During a quarter spent studying abroad in the fall in Provence, students and villagers alike were impressed by Rex Hausmann's gifts of vitality and inspiration. The color he brought to the small town of Lacoste, France, culminated in a city-wide parade in which we carried his massive, tapestried painting from the base of the hill to the crown. Styled after a traditional French Processional, the painting was suspended from hand-made poles. Beginning at La Lavuar, students made handprints on the back of the piece using red ochre from the mines at Rousillon and cleansed their hands in the ancient bathing pools there. Music was played, and the troupe carried the painting through the town. Baguettes, merriment, and companionship followed, and the impressions made on the town built a stronger bond between friends of different countries.
From Rex Hausmann's webpage on the Procession:
THE PROCESSION: PROJECT IN LACOSTE, FRANCE
There are few pieces in an artist's life that have the ability to impact and influence an entire community. There are even fewer times when the artist has the ability to impact an entire village in the Provencal Valley of the Luberon in southeastern France, and make them a part of the work itself. However, Rex Hausmann, a graduate painting student at the Savannah College of Art and Design bridged the gap between American student and villager. His piece, The Cathedrals of Lacoste, incorporates not only the present impact that the village of Lacoste has had on him, but is also representative of the lasting impression he hopes to have on the village.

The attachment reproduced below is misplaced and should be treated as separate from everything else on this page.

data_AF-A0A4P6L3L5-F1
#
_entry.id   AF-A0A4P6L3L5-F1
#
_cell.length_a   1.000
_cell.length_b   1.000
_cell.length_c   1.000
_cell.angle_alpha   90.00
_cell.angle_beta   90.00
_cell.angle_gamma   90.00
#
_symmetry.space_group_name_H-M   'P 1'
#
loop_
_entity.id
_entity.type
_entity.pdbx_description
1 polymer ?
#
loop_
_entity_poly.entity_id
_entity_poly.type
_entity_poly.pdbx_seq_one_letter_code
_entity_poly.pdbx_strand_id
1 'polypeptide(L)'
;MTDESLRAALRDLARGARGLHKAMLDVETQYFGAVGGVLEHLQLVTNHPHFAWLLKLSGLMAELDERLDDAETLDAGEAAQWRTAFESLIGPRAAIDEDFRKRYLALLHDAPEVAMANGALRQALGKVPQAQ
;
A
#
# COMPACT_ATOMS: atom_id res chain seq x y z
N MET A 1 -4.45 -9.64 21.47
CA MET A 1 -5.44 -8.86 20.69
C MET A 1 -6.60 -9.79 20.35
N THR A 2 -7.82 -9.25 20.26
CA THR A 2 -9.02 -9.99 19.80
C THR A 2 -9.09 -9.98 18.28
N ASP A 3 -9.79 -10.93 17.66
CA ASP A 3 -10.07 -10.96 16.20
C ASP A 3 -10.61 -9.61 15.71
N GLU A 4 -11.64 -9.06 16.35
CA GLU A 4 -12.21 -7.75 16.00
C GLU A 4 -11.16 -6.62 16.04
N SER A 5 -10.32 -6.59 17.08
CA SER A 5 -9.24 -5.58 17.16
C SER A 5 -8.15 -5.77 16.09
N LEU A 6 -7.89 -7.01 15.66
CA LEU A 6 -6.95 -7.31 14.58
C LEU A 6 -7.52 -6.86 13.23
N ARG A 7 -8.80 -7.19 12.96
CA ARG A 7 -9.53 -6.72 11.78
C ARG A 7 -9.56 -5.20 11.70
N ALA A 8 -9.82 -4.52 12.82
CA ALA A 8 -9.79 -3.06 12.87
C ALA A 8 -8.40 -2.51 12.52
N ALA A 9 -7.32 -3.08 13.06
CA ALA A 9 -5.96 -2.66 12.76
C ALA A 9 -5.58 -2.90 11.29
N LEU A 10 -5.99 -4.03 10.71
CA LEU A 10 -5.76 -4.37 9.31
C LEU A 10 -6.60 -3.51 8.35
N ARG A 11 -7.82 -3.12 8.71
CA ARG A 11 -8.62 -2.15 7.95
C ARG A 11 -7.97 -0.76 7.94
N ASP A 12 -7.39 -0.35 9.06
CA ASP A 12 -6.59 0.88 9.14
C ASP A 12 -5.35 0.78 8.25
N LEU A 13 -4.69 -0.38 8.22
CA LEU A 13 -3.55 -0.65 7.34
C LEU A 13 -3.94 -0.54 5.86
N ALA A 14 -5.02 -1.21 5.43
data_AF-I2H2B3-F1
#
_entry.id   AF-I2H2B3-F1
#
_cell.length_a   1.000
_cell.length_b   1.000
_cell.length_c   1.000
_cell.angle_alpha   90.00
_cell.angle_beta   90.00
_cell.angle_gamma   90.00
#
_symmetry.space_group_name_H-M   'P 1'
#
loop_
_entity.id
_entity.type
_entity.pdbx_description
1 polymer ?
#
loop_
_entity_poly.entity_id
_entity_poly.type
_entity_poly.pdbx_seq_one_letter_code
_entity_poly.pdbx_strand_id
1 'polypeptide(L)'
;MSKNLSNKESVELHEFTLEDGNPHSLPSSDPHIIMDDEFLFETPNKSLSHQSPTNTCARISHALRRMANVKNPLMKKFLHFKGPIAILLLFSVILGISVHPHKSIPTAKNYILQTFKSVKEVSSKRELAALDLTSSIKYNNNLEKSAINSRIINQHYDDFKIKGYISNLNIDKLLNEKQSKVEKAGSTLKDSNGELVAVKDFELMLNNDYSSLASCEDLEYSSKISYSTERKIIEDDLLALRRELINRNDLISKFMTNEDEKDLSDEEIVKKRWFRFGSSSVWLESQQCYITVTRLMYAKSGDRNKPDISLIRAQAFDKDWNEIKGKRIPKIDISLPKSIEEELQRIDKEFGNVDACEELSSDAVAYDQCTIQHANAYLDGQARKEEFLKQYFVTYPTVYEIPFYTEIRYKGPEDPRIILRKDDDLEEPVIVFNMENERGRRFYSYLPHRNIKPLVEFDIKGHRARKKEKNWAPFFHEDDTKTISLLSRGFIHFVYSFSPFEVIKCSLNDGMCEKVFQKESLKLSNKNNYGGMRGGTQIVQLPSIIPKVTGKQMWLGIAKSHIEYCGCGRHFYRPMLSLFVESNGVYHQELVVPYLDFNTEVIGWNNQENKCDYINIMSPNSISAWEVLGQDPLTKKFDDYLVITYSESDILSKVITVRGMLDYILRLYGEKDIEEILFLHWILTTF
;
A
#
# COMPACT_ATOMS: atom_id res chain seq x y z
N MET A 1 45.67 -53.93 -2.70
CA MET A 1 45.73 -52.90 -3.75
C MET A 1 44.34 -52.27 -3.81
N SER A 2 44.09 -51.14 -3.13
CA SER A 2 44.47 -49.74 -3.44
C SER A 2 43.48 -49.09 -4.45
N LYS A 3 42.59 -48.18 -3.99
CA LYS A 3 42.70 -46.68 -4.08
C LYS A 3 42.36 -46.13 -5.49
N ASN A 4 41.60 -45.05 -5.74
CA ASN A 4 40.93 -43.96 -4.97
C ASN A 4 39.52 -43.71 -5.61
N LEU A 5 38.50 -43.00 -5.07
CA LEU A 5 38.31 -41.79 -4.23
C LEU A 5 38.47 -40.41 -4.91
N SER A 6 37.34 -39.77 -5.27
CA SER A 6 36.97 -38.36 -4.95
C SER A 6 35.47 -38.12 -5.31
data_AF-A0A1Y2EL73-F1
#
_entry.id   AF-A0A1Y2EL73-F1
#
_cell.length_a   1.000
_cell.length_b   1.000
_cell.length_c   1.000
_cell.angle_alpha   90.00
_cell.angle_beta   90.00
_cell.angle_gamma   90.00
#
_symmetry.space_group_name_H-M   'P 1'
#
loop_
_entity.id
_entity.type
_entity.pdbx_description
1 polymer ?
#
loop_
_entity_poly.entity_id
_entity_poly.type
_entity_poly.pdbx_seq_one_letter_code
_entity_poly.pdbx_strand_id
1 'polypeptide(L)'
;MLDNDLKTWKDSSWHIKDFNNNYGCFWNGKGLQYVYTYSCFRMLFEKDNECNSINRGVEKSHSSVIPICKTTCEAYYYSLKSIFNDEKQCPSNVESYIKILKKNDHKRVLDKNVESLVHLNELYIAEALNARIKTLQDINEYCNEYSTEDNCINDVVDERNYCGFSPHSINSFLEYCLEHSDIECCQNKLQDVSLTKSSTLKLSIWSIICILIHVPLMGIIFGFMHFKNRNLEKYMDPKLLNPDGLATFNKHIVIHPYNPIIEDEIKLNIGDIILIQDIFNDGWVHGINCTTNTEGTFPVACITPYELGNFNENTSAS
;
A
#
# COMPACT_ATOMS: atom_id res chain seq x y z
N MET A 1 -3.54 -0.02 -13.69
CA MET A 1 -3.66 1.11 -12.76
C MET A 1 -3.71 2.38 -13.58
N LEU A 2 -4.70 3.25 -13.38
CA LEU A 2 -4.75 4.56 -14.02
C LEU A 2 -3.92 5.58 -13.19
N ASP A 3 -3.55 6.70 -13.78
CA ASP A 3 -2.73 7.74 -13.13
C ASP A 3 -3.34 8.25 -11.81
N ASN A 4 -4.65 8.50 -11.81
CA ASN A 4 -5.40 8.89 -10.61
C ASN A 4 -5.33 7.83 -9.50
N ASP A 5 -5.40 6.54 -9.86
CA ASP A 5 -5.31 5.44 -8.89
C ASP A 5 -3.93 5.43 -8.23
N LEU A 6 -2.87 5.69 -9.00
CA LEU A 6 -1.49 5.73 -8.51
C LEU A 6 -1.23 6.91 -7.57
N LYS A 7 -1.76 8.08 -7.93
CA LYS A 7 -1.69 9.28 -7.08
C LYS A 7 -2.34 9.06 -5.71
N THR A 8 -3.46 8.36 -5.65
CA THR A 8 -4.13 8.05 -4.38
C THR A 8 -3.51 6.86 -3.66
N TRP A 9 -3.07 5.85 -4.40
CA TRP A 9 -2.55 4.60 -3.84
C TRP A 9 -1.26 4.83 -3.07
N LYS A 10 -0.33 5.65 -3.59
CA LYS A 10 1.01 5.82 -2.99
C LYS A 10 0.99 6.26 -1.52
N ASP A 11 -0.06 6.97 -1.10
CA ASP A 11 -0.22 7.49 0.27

By Ciera Bowlby "The Cathedrals of Lacoste" (Fall 2015, Lacoste France.)
Click here to see the full article written by SCAD writing major and processional participant Ciera Bowlby reviewing the event:
Left: H. E. Ramage signs her name after making a handprint- a signature method chosen by Rex Hausmann because of its origins in ancient local artwork.